Brussels (Brussels Morning) The UK has deployed three ships, including the Royal Navy’s flagship HMS Albion, to take part in joint naval exercises off Cyprus, joining vessels from Cyprus and France, AP reported yesterday, Tuesday. British military officials noted that this affirms the UK’s post-Brexit commitment to security in Europe.
Deputy Strike Force Commander, Captain Phil Dennis, stressed that the UK is dedicated to maintaining security in Europe, in cooperation with its NATO allies and partners. Cyprus is a very important partner for the UK in the Mediterranean, Dennis noted, adding that joint exercises provide an opportunity to improve coordination and mutual understanding.
The joint exercise was set up amid growing tensions between the EU and Turkey over Ankara’s continued energy explorations in contested waters and its divisive role in Cyprus, among other issues.
Greece has called for an arms embargo against Turkey in relation to two contentious issues, while the EU is coming under increasing pressure to impose sanctions on Turkey after President Recep Erdoğan called for a boycott of French products, Bloomberg reports. Germany stands to lose the most, should an arms embargo be imposed, according to arms export records released by the European Commission this week.
Besides Greece, Cyprus and France, Erdoğan has drawn Washington’s ire having tested its Russian S-400 missile system last week despite US warnings not to. The US Department of State had warned of potential serious consequences for the Washington-Ankara security relationship if the missile system tests proceeded. Erdoğan responded by stating that the US did not know who it is playing with.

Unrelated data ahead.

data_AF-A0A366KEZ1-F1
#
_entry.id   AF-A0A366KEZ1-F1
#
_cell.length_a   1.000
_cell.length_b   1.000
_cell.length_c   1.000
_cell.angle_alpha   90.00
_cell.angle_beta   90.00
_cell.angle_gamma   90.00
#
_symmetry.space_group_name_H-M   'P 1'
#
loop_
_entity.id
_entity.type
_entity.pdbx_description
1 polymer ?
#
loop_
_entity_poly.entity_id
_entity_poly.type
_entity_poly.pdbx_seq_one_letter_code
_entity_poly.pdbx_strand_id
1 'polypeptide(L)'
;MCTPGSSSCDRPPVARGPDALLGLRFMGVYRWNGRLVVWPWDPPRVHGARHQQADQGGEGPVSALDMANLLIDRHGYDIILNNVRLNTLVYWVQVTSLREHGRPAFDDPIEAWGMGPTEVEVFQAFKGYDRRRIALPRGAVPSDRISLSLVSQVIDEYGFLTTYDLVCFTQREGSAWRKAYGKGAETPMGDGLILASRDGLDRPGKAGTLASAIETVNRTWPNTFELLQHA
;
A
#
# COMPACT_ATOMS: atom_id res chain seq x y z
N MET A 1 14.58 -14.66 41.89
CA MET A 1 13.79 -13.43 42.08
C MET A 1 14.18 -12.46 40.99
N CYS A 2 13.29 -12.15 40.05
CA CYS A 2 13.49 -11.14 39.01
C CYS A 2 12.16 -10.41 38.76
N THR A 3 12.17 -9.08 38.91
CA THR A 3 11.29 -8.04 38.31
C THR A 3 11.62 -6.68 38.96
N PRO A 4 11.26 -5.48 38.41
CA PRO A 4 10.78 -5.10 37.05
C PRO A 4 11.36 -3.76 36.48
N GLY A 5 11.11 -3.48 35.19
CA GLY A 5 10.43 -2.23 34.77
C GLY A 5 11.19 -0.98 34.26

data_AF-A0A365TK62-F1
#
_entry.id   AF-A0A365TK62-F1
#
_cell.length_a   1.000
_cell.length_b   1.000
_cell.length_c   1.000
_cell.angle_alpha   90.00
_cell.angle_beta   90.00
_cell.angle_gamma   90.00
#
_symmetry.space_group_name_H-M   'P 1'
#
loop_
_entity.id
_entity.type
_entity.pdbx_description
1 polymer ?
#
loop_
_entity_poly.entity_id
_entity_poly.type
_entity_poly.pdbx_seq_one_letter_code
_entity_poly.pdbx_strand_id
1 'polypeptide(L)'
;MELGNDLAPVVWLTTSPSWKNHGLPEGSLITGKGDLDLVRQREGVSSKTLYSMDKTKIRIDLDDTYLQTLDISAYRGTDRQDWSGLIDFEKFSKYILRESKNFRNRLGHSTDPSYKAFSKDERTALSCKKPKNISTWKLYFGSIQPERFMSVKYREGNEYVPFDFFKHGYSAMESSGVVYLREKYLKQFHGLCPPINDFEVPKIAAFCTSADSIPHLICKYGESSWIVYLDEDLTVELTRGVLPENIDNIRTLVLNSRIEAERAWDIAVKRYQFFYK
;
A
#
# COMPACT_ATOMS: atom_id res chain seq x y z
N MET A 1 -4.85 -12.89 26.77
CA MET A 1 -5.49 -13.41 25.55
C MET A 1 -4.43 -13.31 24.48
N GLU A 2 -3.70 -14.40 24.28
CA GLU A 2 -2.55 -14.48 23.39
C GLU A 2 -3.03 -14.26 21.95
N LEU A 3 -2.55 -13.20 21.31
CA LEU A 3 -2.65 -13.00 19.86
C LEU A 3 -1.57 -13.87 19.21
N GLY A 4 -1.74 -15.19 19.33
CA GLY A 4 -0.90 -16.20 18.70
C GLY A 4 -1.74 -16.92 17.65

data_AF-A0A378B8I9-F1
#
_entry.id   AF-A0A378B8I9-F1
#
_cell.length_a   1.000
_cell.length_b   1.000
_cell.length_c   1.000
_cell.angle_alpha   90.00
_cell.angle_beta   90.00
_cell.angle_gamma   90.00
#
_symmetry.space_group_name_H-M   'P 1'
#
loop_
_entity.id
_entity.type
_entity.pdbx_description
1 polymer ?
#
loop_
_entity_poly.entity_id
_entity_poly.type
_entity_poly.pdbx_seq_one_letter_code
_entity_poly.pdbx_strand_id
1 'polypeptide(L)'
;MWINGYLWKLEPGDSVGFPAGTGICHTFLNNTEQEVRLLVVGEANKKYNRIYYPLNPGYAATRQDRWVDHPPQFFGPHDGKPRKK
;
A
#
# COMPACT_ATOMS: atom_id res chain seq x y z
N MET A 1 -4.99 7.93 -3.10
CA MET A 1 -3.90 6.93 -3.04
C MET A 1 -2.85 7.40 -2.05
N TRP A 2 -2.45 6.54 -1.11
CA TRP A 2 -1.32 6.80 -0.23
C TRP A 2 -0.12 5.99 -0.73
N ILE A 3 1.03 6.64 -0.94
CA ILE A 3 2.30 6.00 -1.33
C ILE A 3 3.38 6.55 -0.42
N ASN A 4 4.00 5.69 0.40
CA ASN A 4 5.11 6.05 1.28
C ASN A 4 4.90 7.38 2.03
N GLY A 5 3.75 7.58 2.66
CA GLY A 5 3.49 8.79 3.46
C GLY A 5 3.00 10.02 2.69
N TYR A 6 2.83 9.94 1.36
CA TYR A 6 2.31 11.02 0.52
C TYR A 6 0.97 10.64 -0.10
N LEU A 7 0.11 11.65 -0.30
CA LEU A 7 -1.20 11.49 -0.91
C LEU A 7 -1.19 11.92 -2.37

Erdoğan’s relationship with Russia has suffered also recentlyl, with Ankara and Moscow backing opposing sides in conflicts in Syria and Libya. Also, Erdoğan is backing Azerbaijan in its attempt to retake the Nagorno-Karabakh region controlled by Armenia, BBC reported yesterday,Tuesday.
Turkey’s foreign reserves have been depleted as the country has spent billions of dollars in defending the lira exchange rate. The economy is expected to contract significantly this year. The lira hit a record-low of 8.15 against the dollar, with investors anxious about the Turkish economy over international friction and the coronavirus crisis.
Analysts pointed to inflation of 11.7% in September as the latest reason behind the weakening of the lira, with an unnamed Turkish foreign exchange trader ascribing it also to the rising geopolitical tensions with the US and the EU.